ML: Watching the firm grow from eight to 56 employees has been fantastic. Having Studio+ serve as a firm that captures the talent and skills of our employees and having the ability to create both a healthy professional life and the construct of a successful personal life is really what motivates me. Our team is the most important aspect of Studio+. Seeing that team grow has been the most rewarding result of my career.
TZL: How many years of experience – or large enough book of business – is enough to become a principal in your firm? Are you naming principals in their 20s or 30s?
ML: Principals get named when they have earned it. In most cases, this occurs when they have engrained themselves with core clients, delivered projects successfully, and driven repeat business. Motivating teams to succeed is also key. Equally important, principals of Studio+ embody the core values of Studio+ that are the foundation of the strong studio culture. That said, it seems like principals are typically in their late 30s or older.
TZL: What keeps you organized? What are your go-to tools and strategies?
ML: I rely heavily on my operations and administrative team. We work very closely daily on all things finance, HR, administration, and marketing. Our core team is cross-trained in multiple aspects of the business operations to support one another when and where support is needed. We rely on proprietary developed programs and other AEC specific software to give us the information we need to make decisions in an expedited timeframe.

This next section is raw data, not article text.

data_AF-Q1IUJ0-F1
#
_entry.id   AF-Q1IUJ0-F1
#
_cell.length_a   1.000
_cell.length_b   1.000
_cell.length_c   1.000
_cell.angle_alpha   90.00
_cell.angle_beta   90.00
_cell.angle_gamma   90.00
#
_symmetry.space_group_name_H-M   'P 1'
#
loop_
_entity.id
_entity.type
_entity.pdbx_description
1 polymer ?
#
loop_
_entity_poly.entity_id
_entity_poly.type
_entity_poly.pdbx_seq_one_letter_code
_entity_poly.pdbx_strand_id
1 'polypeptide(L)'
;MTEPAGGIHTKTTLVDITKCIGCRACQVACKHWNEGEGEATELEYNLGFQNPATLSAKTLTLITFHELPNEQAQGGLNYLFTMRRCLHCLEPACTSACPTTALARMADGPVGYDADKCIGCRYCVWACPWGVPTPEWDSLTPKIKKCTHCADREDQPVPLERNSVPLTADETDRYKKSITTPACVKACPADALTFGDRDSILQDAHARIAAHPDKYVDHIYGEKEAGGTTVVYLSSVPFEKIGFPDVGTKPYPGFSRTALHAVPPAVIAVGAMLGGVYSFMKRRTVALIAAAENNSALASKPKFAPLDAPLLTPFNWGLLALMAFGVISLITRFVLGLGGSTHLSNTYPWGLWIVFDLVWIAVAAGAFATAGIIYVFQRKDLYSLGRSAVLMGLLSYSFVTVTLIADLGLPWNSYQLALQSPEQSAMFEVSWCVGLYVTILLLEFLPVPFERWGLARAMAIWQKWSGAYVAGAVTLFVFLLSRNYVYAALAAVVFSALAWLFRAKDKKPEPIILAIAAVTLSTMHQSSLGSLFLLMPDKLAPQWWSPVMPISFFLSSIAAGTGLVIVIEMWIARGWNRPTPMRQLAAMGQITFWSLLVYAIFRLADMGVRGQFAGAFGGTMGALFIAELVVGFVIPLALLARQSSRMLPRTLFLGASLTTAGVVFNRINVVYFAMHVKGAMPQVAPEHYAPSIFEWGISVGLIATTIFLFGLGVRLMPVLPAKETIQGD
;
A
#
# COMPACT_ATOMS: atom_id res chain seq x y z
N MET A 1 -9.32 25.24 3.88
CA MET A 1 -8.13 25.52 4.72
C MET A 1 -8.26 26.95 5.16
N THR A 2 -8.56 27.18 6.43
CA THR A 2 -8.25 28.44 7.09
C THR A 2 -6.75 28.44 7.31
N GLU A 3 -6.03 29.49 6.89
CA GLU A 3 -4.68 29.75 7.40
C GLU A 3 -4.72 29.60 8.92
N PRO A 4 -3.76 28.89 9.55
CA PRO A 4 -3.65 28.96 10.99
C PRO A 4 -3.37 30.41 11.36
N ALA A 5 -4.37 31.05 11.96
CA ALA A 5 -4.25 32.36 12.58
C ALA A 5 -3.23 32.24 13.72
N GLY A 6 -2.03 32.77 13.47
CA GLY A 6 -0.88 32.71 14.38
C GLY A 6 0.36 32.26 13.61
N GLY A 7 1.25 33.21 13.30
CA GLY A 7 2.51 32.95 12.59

TZL: In one word or phrase, what do you describe as your number one job responsibility?
ML: Maintaining a successful, efficient, and evolving operation in architecture.
TZL: A firm’s longevity is valuable. What are you doing to encourage your staff to stick around?
ML: This is especially challenging right now. Regardless of money and benefits, the work experience and studio culture is critical. Ensuring the studio has team members who others are excited to work with is vital. The overall attitudes of team members and managers lead to the type of culture that people either want to be a part of or want to leave.